Where in the world is Glória do Ribatejo from Netflix’s Glória?

Photo by Vitor Oliveira via Flickr (Creative Commons)

Netflix is streaming its first Portuguese-produced original series, Glória. The spy thriller takes place during the Cold War and is set in the village of Glória do Ribatejo during the 1960s. It is based on a true story, and has many people asking just where is Glória do Ribatejo?

The drama is set at RARET, a US re-broadcasting station of Radio Free Europe. Set amid olive and oak groves, the beautiful countryside side is typical of the Alentejo tourism region. Today, the long-abandoned RARET facility sits in the middle of a park, just outside of the town.

Glória do Ribatejo is said to be the most typical Ribatejo village in Portugal, set just south of Santarém. Surrounded by rich farmland and good grazing, this small town is mostly agricultural so typical of the Ribatejo area of the Alentejo-Portugal’s heartland — the name of the rich agricultural lands set along the banks of the Tejo River. This is horse and bull country — with numerous horse farms — and big horse fairs. The new series highlights what many Portuguese have known for years — this is a great place to explore with monumental cities, big food and horse events, and some of the best cuisine in Portugal.

As the name implies, the Ribatejo follows the Tejo River in this agricultural heartland with a big variety of crops being grown: Grapes, corn, rice, wheat, tomato, sugar beets, melons and olives.

As a result, local food is pretty spectacular – The Ribatejo Branco Melon is a medium-sized melon that is quite sweet and fragrant. When they are in season, roadside stands abound — and folks come from all over seeking them. In its cuisine, the Ribatejo offers wonderful dishes such as sopa da pedra (stone soup).

And, then there are the local wines, the most famous of which is from the Cartaxo Region. Since 1954, the Cartaxo Wine Coop has won 176 national and international awards. The Cartaxo Festa do Vinho is an annual event held in Cartaxo, the self-proclaimed local Capital of wine. Almeirim, Santarém, Chamusca and Coruche are the other producers of good Ribatejo table wines.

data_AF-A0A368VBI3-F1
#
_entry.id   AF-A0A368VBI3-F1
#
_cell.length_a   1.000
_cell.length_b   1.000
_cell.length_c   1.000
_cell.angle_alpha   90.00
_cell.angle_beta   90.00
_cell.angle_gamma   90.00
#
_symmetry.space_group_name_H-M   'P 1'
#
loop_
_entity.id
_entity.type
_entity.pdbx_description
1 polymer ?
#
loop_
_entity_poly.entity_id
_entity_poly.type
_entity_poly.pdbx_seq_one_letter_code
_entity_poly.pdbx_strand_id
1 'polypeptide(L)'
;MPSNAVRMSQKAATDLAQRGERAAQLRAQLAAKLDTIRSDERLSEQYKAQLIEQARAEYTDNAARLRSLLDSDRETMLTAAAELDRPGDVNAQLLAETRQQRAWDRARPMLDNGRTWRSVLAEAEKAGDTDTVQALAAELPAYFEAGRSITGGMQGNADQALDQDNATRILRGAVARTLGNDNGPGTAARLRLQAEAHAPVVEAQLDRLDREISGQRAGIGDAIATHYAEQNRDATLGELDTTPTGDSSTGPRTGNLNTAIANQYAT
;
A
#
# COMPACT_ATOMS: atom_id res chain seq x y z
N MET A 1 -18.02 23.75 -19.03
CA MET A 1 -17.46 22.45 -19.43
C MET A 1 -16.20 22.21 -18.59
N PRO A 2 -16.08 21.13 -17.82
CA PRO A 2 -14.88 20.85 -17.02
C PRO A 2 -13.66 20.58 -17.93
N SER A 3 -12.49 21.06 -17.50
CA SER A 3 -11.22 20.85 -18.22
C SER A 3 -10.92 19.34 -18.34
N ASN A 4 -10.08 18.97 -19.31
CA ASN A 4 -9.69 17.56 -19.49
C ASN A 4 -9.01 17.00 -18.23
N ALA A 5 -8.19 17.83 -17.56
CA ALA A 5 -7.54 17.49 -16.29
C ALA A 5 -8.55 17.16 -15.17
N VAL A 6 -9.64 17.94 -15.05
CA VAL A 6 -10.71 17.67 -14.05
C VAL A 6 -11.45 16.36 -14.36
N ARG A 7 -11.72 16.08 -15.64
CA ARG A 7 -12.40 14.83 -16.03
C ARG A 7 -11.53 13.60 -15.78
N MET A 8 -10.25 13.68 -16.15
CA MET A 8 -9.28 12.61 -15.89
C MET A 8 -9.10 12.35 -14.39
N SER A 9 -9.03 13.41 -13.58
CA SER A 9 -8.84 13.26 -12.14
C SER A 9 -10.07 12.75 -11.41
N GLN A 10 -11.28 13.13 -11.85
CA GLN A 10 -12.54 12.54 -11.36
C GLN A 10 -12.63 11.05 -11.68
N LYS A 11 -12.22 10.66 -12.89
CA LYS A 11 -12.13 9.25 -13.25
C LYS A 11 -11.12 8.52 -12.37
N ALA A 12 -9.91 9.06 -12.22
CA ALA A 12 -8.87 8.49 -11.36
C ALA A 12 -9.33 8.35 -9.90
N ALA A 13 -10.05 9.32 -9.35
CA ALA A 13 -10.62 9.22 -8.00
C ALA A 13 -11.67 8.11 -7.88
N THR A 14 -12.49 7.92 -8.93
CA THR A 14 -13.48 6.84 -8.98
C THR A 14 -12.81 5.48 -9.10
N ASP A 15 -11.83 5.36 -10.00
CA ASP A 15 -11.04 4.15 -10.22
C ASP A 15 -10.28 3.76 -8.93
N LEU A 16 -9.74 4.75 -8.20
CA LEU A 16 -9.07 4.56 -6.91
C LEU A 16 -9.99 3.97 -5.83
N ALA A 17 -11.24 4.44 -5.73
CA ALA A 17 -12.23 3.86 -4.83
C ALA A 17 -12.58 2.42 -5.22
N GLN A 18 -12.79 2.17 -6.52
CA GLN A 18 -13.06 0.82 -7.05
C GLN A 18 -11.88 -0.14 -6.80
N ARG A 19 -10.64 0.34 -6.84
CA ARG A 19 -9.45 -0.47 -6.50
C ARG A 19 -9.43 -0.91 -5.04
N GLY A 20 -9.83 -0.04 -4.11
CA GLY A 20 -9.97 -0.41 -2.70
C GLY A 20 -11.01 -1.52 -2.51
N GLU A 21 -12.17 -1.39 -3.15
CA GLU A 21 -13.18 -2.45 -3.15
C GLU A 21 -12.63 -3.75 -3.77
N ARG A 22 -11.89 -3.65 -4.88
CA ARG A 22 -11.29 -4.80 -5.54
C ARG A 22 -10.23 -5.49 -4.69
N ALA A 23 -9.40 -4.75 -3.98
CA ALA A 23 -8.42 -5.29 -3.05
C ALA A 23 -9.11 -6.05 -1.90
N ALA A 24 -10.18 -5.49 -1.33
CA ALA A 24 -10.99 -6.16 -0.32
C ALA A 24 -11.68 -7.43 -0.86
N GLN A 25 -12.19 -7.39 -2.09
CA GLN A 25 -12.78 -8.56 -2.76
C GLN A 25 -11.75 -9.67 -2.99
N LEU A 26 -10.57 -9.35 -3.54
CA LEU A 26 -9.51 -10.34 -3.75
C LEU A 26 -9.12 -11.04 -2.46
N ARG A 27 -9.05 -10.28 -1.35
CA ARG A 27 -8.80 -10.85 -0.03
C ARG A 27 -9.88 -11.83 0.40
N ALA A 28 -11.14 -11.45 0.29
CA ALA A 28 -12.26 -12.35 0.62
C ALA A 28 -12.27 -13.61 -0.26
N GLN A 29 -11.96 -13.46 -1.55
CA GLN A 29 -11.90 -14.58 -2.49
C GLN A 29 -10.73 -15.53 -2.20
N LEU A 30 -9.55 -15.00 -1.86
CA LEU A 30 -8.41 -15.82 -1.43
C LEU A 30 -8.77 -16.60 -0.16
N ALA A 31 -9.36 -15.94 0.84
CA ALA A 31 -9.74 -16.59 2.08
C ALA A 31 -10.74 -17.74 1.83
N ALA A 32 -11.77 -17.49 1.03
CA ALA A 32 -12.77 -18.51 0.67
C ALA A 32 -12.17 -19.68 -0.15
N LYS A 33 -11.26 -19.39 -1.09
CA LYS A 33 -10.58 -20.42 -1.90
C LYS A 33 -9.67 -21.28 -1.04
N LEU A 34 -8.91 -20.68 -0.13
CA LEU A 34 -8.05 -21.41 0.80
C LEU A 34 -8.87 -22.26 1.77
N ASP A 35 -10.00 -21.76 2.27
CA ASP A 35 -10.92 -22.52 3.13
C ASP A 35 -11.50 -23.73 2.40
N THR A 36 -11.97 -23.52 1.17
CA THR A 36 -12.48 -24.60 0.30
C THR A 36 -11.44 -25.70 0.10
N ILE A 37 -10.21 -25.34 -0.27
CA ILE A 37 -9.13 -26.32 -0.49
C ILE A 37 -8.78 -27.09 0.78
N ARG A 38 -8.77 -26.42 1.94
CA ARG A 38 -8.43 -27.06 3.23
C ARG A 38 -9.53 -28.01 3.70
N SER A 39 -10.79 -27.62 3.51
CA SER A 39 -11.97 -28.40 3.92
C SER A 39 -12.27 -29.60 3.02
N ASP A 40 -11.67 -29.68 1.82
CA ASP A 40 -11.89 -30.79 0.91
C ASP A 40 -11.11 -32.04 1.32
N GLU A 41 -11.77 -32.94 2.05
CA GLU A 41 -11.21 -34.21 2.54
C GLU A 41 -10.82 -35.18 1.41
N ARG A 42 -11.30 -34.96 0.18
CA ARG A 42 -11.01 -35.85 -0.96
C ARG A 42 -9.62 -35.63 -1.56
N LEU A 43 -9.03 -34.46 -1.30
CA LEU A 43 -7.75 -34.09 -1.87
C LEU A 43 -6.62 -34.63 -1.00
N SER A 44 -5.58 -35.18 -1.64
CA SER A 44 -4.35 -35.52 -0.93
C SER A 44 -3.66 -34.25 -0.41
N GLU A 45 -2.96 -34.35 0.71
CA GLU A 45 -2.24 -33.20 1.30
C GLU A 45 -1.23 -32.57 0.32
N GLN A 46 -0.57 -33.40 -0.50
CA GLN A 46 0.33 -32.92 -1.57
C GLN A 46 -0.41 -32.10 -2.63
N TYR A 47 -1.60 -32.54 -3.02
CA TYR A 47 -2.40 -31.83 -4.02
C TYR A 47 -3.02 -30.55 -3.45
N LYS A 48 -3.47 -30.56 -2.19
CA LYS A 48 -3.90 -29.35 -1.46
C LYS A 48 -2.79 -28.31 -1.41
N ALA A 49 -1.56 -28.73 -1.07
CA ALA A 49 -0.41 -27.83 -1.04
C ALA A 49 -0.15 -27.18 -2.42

On the lezírias (from the Arab al-jazira or “the island”) the fertile banks of the River Tejo, horses run, and crops grow. Black Iberian fighting bull graze. This is the home of the beautiful horses called the Lusitano. Native to Portugal, the Lusitano breed is famed for its character and courage in both the bullring and in war. Majestic and smart, the Lusitano has made a name of itself in dressage around the world.

Located in the heart of the fertile Ribatejo countryside, high above the Tejo River, Santarém is a city of both great food and monuments. Back in 1981 the first National Culinary Festival was held here. Each fall, Santarém hosts some of the best restaurants in Portugal, who serve up traditional specialties of their region. It is like traveling the whole country in one place. Set high above the plains of the Ribatejo, Santarém is a gem undiscovered by many visitors to Portugal. The Romanesque Church of São João do Alporão is now an Art and Archaeology Museum. The city, still in its walls in places, is called the Portuguese Gothic-Capital for its abundance of Gothic architecture. It is a city of squares, parks, and vistas.

The Ribatejo lezírias are also home to the campino, the local cowboys who ride with the horses. The Campinos are known for their distinctive dress, which is made up of a green and red stocking cap with tassel, white shirt, red vest, short dark trousers and white stockings. They ride the plains, and are part of the bullfights.

The Companhia das Lezírias (Lezírias Company) is a state-run agriculture and forestry company in the town of Benavente, started by the Portuguese Crown in the 19th century. Today, the company produces rice, wine, cork, and livestock, as well as being a respected horse breeder and organizer of big equestrian events.

Golegã is the heart of horse country. Top horse breeders are scattered around the town. Since the eighteenth century, the Feira da Golegã, also called the Feira de S. Martinho has been to the National Horse Fair. Here the finest purebreds are shown. And to complement the event, there is a lot of great food, wine and roasted chestnuts.

https://www.visitalentejo.pt/en/

Source: Visit Portugal

Tagged ,

BEFORE YOU TAKE OFF…

Sign up for our free monthly newsletter to get exclusive deals, new offers and a dose of travel inspiration delivered straight to your inbox.